The college football subreddit, r/cfb, has a user
ranked poll that they run during every football season. Like the AP and
Coaches Polls, each voter chooses their picks for the top 25 teams as of
that week. However, some users base their selections on the results of
an algorithm, and I’m interested in seeing if I can come up with a model
that will produce similar results.

## Research

In the BCS system, team rankings are based on the AP Poll as well as
several computer rankings. The mathematics behind these computer
rankings are all slightly different, but most involve some variant of []
and make fairly extensive use of linear algebra. I decided to avoid that
route because

- My knowledge of that branch of mathematics is not so good
- It’s already been done by smarter men
- I don’t usually agree with the rankings that are produced

Having thought about it for a plane ride from Madison to Atlanta, I’ve
come up with a concept for how to create my rankings.

## Approach

I’m planning on creating a data structure where IDs are mapped to a list
of teams. Another data structure would hold a list of objects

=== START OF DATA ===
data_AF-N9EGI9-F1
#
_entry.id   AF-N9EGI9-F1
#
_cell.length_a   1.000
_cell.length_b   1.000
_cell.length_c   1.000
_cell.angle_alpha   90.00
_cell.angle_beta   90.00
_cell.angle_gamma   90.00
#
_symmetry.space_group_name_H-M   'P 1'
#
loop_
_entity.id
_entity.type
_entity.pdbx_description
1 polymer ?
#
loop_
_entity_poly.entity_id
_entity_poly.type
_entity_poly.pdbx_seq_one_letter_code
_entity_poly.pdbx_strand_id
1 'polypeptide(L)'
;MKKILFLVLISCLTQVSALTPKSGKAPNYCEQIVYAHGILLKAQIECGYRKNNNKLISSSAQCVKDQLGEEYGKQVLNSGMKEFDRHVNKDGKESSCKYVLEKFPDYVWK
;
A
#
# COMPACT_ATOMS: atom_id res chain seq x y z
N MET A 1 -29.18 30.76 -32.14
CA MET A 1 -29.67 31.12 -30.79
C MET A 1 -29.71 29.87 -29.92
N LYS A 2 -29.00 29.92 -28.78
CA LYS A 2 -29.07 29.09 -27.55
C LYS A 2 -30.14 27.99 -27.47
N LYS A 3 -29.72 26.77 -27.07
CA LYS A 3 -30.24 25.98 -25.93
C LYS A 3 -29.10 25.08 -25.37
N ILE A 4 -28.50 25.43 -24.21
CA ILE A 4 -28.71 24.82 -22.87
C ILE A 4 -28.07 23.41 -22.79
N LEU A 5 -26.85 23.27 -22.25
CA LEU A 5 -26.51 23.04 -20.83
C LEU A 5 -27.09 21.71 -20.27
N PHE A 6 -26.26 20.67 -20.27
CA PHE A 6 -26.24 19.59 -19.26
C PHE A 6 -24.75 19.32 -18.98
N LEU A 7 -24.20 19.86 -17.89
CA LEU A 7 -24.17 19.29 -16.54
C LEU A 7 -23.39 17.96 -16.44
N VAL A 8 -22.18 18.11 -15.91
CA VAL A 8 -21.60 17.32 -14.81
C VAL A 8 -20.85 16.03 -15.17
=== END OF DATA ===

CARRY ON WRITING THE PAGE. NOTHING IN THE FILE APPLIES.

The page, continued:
representing all of the games of the season, including winner, loser,
score, and other data. The “score”
would be equal to the number of unexpected wins and unexpected losses
based on the current order. That score could be tweaked on a per-game
basis according to outside factors (blowout, home/away, conference, bye week, etc.).
At that point, it would select a random team and (some number) of
additional teams. The additional teams would be chosen from the teams
that are in the direction that the chosen team needs to move and that
also need to move towards the chosen team’s position. For example, if
the chosen team was underrated, the other teams would be chosen from
teams ranked above it that are ranked overrate. From there, it would
swap the team and each selected
team until it found the lowest score. At that point, the selected theam
and the other teams would be
rechosen. This would be repeated many times, until (hopefully) a fairly
good approximation of which teams are the best would be generated.

## Limitations

This approach won’t be useful at all for at least the first few weeks.
However, I think that’s a common problem with algorithmic rankings, so
I’d probably base my voting those weeks on instinct and observation.